“Mila,” he murmured more to himself than Ben. Why? Of the twenty-five thousand people in town, why her?
“Milagro Ramirez.” Ben’s confirmation was flat. “Quite a coincidence, huh.”
Lois was waiting at the foot of the broad steps that led into police headquarters. She looked as grim on the outside as Sam felt inside. “Victim is Curt Greeley. Lives out at the old Burnett place set back off Highway 66. Remember, he fought the extension of the city limits out there. Said if he’d wanted to be in the city, he would have bought in the city.”
And had been pretty pissed off about losing the fight. “I remember. He said he’d have the council’s jobs and mine, too.”
Ben snorted derisively. “If we had a dollar for every time someone’s told us that…”
“Hell, no one wants our job,” Lois said, covering the ground to the parking lot with long strides. “Not for what they pay us. Tucker and Simpson were first on the scene, Sam, and Fire Rescue’s out there, too, though there’s no one to resuscitate except maybe the woman. She was awfully shaken.”
“Yeah,” Ben said. “Maybe.”
Sam cast him a look before angling off to his truck, parked in his reserved space. He didn’t wait to get his seat belt fastened before flipping on the lights and siren and shifting into gear.
It was Ben’s job to be suspicious, he reminded himself as he headed west down a side street with less traffic than First Street. It was his job, too, but Mila wasn’t the cold-blooded killer type. She’d had no motive to kill Evan Carlyle, and even though Curt Greeley was one of the meanest SOBs in town, people managed to deal with him every day without resorting to murder. He was sure Mila gritted her teeth, made an effort not to offend him and escaped his company as quickly as possible. Just like everyone else did.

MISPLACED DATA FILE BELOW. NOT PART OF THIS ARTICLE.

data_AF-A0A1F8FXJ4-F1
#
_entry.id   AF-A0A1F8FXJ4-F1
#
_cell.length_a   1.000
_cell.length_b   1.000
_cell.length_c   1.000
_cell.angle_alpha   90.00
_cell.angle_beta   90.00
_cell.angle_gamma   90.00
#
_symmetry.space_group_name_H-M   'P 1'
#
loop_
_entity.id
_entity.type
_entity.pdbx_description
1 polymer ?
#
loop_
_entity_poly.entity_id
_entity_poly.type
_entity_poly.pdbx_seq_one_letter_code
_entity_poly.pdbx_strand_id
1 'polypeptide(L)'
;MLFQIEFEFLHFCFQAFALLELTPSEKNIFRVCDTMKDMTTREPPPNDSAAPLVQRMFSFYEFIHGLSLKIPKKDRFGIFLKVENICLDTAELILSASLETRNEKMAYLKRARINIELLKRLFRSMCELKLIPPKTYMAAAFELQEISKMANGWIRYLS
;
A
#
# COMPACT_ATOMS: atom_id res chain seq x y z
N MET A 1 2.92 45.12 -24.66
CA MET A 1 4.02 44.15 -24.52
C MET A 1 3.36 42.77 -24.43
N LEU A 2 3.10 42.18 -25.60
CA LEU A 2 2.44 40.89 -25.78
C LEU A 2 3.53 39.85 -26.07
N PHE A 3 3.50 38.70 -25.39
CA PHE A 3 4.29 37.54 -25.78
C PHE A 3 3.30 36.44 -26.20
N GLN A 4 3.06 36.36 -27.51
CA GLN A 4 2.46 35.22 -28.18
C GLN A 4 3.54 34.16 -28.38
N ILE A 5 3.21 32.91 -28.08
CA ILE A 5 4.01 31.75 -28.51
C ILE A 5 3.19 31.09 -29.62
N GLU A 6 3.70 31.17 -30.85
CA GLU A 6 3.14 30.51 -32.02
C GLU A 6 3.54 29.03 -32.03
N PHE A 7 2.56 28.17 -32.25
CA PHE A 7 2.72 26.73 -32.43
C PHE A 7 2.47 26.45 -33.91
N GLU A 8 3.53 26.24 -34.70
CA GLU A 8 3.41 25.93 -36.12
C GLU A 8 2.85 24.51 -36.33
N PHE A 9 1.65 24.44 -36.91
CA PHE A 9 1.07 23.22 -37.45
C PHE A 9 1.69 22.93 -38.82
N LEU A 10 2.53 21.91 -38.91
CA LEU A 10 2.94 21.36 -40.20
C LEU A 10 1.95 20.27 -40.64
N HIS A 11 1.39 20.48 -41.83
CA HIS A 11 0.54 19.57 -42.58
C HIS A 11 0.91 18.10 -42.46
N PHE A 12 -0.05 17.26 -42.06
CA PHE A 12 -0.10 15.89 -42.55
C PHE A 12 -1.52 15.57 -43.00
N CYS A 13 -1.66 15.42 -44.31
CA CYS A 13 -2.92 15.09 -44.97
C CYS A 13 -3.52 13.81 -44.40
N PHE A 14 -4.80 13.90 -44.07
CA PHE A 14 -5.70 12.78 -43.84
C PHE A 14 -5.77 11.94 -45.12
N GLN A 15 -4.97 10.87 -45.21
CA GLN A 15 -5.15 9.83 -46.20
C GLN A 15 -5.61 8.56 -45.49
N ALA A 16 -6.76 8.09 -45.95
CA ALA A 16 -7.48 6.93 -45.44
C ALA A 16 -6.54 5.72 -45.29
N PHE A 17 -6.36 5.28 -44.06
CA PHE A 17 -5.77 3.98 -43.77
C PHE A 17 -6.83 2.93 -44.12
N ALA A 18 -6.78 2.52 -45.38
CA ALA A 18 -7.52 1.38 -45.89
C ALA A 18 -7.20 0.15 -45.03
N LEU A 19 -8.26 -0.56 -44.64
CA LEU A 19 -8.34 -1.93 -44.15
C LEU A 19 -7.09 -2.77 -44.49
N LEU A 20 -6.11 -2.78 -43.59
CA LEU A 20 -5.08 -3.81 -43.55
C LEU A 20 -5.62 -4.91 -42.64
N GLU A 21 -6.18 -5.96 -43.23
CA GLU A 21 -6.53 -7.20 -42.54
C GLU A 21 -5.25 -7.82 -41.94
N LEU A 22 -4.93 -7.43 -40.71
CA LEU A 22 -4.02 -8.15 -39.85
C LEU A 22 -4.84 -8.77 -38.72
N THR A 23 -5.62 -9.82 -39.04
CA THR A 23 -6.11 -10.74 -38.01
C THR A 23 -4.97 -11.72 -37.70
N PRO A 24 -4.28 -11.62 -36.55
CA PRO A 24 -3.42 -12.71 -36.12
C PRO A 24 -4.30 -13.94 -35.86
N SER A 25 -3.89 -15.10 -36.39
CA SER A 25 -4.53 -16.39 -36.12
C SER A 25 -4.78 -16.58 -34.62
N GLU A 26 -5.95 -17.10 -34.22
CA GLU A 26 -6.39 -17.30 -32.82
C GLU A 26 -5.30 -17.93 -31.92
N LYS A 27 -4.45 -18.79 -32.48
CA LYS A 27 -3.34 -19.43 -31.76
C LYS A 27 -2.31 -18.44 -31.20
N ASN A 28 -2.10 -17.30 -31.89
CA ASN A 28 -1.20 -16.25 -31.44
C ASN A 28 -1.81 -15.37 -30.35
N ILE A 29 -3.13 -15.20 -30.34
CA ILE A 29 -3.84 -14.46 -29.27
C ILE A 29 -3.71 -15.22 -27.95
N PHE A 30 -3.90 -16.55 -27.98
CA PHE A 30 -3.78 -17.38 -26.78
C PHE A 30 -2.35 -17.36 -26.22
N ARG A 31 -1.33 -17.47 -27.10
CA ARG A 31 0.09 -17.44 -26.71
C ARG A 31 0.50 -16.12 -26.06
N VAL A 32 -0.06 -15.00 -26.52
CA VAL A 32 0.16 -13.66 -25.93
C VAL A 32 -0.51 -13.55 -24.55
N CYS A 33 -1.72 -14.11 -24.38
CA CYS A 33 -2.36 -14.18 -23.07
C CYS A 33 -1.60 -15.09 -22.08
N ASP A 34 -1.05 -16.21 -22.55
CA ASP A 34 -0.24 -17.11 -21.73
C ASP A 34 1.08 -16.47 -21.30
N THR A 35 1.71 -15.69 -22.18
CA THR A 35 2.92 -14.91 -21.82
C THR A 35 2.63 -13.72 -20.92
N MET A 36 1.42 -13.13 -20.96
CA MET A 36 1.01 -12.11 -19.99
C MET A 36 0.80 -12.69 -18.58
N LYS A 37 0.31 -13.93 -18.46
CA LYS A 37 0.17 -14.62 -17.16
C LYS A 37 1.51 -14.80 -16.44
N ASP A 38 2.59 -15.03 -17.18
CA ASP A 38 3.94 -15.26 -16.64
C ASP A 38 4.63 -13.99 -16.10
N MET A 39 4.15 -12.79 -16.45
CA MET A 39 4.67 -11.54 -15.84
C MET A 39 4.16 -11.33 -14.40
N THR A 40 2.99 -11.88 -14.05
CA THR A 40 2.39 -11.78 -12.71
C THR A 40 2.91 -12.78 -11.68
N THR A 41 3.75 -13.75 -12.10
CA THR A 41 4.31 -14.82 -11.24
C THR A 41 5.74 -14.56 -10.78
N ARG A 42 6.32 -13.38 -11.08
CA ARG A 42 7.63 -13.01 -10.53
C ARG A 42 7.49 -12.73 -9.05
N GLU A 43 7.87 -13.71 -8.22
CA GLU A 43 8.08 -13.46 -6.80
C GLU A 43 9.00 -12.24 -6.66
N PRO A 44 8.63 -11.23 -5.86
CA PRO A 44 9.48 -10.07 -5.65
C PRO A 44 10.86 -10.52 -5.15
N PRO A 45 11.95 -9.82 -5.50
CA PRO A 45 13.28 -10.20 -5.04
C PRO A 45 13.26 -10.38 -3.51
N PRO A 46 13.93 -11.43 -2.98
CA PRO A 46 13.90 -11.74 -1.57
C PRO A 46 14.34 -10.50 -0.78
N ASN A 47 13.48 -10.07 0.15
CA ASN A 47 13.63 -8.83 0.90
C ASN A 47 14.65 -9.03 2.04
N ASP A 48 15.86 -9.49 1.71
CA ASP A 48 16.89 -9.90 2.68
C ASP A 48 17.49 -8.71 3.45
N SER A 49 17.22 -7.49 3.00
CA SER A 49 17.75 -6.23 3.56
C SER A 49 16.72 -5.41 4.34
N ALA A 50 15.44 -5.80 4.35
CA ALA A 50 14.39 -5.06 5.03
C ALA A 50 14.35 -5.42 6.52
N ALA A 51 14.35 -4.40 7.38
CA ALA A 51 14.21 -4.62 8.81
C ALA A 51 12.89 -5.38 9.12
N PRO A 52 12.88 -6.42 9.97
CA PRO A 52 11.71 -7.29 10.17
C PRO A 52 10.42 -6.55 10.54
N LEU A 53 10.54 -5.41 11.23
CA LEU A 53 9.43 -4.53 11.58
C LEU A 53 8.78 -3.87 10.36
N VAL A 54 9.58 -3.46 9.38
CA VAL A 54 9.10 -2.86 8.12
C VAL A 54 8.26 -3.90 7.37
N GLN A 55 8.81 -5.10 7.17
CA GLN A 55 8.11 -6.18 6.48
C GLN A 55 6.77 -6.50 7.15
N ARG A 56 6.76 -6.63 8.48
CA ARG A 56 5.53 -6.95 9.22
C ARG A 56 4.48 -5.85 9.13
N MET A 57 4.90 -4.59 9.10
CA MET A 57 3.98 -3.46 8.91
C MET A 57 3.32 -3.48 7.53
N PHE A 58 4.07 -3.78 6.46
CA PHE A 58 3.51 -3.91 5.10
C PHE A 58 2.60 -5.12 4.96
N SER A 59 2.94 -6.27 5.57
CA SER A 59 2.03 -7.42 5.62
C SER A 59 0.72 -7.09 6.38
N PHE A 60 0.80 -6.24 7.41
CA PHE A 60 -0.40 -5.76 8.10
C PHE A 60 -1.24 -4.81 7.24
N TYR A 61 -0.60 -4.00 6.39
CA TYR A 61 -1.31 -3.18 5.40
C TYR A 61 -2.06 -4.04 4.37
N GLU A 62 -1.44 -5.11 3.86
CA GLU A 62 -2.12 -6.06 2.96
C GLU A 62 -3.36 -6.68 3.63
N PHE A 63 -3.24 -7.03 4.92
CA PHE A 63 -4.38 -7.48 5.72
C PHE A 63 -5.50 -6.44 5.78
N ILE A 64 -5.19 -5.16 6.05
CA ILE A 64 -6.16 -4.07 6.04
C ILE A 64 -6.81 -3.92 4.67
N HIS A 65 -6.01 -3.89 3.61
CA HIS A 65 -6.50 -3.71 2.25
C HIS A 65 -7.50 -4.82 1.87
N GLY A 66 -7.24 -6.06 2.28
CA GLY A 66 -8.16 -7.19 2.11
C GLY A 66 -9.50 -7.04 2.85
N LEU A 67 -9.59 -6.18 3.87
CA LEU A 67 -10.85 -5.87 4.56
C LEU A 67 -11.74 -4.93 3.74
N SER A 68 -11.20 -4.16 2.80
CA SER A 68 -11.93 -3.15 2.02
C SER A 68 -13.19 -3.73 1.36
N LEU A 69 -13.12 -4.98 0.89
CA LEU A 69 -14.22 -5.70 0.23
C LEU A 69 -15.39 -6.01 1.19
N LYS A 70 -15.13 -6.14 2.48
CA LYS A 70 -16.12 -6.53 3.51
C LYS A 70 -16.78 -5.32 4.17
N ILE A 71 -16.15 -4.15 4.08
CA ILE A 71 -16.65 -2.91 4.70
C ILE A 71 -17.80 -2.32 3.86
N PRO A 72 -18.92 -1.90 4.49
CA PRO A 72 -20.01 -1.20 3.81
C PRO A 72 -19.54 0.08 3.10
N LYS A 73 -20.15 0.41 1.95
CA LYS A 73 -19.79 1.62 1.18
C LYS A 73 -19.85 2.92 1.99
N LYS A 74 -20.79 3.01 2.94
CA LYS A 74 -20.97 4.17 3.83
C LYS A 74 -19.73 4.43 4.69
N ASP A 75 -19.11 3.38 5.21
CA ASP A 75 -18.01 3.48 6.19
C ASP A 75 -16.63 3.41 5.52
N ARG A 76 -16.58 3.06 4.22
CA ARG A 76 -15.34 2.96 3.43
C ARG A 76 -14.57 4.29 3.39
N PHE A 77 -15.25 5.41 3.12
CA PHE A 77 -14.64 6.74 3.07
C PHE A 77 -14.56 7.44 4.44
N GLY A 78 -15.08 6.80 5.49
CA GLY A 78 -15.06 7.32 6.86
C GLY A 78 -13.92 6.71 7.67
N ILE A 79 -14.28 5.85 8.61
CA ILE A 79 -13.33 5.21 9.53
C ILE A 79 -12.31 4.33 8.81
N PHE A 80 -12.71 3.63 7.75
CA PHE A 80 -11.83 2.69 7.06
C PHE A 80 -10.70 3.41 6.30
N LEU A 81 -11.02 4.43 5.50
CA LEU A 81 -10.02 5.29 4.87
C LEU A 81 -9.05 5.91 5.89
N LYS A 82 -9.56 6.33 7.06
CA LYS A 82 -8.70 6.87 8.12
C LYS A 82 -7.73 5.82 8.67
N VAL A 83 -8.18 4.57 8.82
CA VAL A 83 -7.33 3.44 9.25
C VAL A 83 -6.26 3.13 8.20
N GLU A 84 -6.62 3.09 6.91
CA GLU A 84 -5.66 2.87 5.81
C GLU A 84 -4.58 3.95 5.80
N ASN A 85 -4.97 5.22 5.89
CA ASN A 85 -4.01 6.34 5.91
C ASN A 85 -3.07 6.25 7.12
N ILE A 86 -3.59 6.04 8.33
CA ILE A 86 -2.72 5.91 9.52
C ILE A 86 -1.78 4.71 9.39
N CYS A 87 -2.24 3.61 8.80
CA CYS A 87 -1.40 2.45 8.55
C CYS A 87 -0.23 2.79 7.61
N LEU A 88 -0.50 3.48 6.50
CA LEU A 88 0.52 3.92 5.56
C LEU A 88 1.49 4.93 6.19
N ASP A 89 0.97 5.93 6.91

Sam’s phone rang, and he glanced at caller ID before answering. “Yeah, Ben.” The car radios were handy, as were the microphones clipped onto their uniforms, but cells were great for convenience and privacy.
“What do you know about Greeley?”
“He was buddies with my uncle Hank and my cousin Zee back in the day. He was arrogant and obnoxious, and the more money he made, the worse he got. Even Zee wouldn’t have anything to do with him after a while.”
Ben’s grunt was simple but enough. Zee was a well-known waste of space who would hang out with a rabid skunk if the skunk could put up with him. Zee had no standards. When he dropped a person, that person had no hope. He’d become the lowest of the low.
“Family?” Ben asked.
“Used to be. Wife left him about eight years ago and took the kids. Very ugly, very public. Rumor said it was a huge blow to his ego because he’d never lost anything before, and it left him a little unhinged.”
“Everyone who ever met the man.”
“Great. No one with an obvious grudge against the first victim, everyone with a grudge against the second.”
“Better start making those lists, Ben,” Sam teased before disconnecting. The Greeley house was little more than a mile past the edge of town, barely a quarter mile inside the new city limits. He shut off the siren but kept the lights on as he turned into the long drive.
The house was a bona fide Southern mansion, rescued from a hundred years’ neglect on the banks of the Mississippi River in southern Louisiana and moved to its current location. Even back in the ’50s, the move had cost a fortune, but the doctor behind it had spared no expense. His beloved wife had had a thing for the Deep South, and he’d been happy to bring a small portion of it to Oklahoma for her.
Sam’s mom had called the doctor and his wife a true love story. After their deaths, Curt and Charlaine Greeley had bought the place. He seriously doubted the story they’d lived out had had much love in it. Curt had been all about power and control and humiliating the people around him.
Sam pulled off the driveway and parked in the grass next to the Fire Rescue truck, giving them room to leave if they got a call. The familiar Happy Grass pickup was parked closest to the garage, a fire engine behind them, an ambulance to the side. Its rear doors were open, and the paramedics were fussing over a dark-haired woman wrapped in a cotton blanket. Mila?